Kendel Ehrlich considers running for Arundel executive seat

Former Maryland first lady Kendel Ehrlich is considering running to fill the Anne Arundel County executive seat that was recently vacated by John R. Leopold, saying Saturday that she feels "uniquely qualified for a unique situation."

The County Council has 30 days to fill the seat left by Leopold, who stepped down as county executive Friday after being suspended from his position following his conviction on two counts of misconduct in office.

Ehrlich, an attorney and the wife of former Gov. Robert Ehrlich, who has sparked rumors she would run for the top Arundel seat in the past as well, including in 2009, said Leopold's fall has left many county residents and employees frustrated and ready for change.

"There's not a lot of fondness for politicians to begin with, and then something like this comes along and people shake their heads. It's embarrassing," she said.

Leopold, a two-term Republican, was found guilty of misconduct for directing his police protection detail to collect dossiers on his political rival, collect campaign checks and put up signs during his 2010 campaign for re-election, and for having officers and his scheduler drain a urinary catheter bag he used after having back surgery.

John Hammond, the county's chief administrative officer, is serving as acting executive.

Ehrlich said she will not run for election in 2014, when Leopold was set to reach his two-term limit, and will not be raising money or campaigning. But she said she loves the idea of helping the county right its course.

"We could bring a little dignity back to the county," she said. "I think the women in particular, and even more specifically the female county employees, would breathe a sigh of relief."

Ehrlich said she plans to attend a candidates' forum hosted by the West County Republican Club on Thursday — applications for Leopold's position must be filed by Friday — and plans to use this week to feel out whether she could secure the four council votes needed to win the seat.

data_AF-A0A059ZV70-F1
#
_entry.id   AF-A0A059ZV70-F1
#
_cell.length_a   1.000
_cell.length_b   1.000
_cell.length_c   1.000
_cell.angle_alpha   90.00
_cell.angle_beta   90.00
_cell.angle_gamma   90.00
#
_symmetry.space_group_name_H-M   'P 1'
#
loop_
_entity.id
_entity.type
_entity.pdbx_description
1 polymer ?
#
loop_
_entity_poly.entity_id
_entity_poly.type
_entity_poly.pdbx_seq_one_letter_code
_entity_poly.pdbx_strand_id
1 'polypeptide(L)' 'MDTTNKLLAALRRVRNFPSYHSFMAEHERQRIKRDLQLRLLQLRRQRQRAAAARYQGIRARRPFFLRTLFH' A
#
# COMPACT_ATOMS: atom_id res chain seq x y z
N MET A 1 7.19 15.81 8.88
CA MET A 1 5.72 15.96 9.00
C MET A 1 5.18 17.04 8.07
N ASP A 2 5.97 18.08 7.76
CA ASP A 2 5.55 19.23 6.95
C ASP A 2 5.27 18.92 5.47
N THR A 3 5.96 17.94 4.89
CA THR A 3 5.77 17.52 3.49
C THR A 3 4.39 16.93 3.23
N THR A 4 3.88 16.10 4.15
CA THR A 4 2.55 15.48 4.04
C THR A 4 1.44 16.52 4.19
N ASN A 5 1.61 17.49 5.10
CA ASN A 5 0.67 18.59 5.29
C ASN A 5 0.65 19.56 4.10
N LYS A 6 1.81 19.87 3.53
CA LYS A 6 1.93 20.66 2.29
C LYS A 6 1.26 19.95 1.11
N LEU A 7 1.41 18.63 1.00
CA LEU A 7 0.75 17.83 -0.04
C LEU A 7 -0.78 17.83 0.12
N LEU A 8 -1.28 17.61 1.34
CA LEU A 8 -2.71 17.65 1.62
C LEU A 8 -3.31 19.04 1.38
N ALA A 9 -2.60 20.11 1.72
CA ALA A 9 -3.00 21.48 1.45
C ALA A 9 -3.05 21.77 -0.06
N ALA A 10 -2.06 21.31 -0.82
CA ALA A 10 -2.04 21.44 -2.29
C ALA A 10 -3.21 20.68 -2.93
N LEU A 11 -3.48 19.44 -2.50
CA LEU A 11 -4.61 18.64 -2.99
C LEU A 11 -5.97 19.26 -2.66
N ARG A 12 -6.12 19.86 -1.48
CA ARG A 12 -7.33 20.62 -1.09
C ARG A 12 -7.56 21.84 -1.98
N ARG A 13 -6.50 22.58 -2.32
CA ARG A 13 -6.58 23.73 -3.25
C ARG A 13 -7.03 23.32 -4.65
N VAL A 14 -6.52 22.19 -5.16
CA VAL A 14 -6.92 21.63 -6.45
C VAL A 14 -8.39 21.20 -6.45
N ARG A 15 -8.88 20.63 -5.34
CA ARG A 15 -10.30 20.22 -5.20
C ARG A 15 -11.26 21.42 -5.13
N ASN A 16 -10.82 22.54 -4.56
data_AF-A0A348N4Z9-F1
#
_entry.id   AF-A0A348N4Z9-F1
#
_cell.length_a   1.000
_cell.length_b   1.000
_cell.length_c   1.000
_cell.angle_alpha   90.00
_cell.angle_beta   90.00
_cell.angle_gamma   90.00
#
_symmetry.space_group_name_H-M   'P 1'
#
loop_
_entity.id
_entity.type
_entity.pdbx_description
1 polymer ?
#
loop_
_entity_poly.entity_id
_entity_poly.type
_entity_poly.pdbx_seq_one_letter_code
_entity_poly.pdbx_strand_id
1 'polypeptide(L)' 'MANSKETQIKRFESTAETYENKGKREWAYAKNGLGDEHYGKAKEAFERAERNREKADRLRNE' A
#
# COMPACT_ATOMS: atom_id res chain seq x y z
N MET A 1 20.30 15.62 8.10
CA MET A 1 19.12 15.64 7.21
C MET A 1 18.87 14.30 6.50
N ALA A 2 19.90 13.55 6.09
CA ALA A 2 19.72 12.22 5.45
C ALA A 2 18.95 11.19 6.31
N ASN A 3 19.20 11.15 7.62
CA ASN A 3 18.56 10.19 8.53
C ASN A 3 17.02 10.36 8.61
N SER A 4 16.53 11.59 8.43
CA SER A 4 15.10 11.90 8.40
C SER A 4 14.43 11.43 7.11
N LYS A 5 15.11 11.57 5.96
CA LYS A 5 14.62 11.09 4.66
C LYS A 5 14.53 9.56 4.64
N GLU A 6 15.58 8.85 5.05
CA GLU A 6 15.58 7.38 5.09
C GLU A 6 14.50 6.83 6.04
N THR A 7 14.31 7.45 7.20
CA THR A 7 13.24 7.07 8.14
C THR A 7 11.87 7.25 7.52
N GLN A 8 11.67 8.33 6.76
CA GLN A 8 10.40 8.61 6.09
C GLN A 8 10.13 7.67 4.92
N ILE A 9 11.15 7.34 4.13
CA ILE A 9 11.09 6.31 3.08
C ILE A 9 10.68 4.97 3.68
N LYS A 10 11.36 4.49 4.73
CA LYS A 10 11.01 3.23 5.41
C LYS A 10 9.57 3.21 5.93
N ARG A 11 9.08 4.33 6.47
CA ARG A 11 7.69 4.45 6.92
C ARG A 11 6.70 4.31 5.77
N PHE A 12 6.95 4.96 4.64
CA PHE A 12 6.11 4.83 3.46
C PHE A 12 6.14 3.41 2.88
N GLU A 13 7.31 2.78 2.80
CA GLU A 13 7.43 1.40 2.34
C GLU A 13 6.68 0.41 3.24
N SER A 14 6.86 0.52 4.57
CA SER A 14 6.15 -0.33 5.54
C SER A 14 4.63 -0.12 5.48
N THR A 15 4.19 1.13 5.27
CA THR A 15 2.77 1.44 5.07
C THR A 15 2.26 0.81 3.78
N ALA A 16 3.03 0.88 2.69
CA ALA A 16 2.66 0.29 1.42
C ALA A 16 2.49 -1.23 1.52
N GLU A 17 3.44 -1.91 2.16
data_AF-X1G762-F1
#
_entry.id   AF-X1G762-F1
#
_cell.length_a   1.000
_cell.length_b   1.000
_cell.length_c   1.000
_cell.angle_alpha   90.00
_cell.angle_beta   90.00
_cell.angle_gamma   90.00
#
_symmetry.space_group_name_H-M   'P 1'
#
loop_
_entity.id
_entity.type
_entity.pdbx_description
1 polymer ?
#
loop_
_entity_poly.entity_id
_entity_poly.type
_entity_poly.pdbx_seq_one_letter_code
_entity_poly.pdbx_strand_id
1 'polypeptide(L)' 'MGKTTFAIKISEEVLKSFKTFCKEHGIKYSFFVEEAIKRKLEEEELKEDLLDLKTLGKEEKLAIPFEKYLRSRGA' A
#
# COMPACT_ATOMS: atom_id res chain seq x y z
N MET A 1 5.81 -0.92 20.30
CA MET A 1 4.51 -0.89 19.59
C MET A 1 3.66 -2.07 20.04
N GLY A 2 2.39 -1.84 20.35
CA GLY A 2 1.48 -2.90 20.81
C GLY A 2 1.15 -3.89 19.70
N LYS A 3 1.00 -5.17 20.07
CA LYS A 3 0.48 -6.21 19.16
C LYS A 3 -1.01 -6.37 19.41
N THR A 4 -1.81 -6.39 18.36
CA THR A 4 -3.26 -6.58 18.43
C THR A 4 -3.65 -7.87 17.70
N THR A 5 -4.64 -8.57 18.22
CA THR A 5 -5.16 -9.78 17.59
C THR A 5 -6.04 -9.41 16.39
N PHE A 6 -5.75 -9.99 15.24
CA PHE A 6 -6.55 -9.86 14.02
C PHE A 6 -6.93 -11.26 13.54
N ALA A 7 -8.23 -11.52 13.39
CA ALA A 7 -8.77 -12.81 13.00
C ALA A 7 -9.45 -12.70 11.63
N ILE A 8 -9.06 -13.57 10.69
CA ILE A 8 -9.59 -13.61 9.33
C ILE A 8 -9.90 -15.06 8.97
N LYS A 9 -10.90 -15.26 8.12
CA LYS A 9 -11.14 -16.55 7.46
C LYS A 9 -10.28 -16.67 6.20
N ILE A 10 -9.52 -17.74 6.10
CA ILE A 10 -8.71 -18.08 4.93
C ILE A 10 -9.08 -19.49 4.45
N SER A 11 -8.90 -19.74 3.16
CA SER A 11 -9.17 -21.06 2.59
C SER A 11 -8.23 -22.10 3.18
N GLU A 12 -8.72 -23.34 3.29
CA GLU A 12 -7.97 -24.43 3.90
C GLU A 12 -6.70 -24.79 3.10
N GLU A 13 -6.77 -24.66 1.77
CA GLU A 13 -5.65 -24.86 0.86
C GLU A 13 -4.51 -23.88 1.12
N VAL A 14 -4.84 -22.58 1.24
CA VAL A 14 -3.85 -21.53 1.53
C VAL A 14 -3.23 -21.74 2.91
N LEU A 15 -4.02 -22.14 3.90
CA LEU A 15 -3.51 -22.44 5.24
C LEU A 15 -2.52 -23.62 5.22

"I don't want to put myself in a bad position, but if I'm told I can get four votes, than maybe we'll be talking again," she said.

The fact that she does not intend to run in the 2014 election would help her look out for the best interests of the county, instead of making political calculations, she said.

"I could do this job and manage my family and not be involved in raising money, and not be worried about the decisions I'm making based on politics," she said. Ehrlich said her husband, the former governor, "loves the idea."

Some council members, including Council Chairman Jerry Walker and Vice Chairman John Grasso, have also expressed interest in the seat, as have other legislators, including state Del. Steve Schuh of Gibson Island. There is no law preventing the councilmen from casting votes for themselves.

Republicans hold a 4-3 majority on the council. The county charter says Leopold must be replaced by a registered voter of the same party who has lived in the county for the past four years, officials said.

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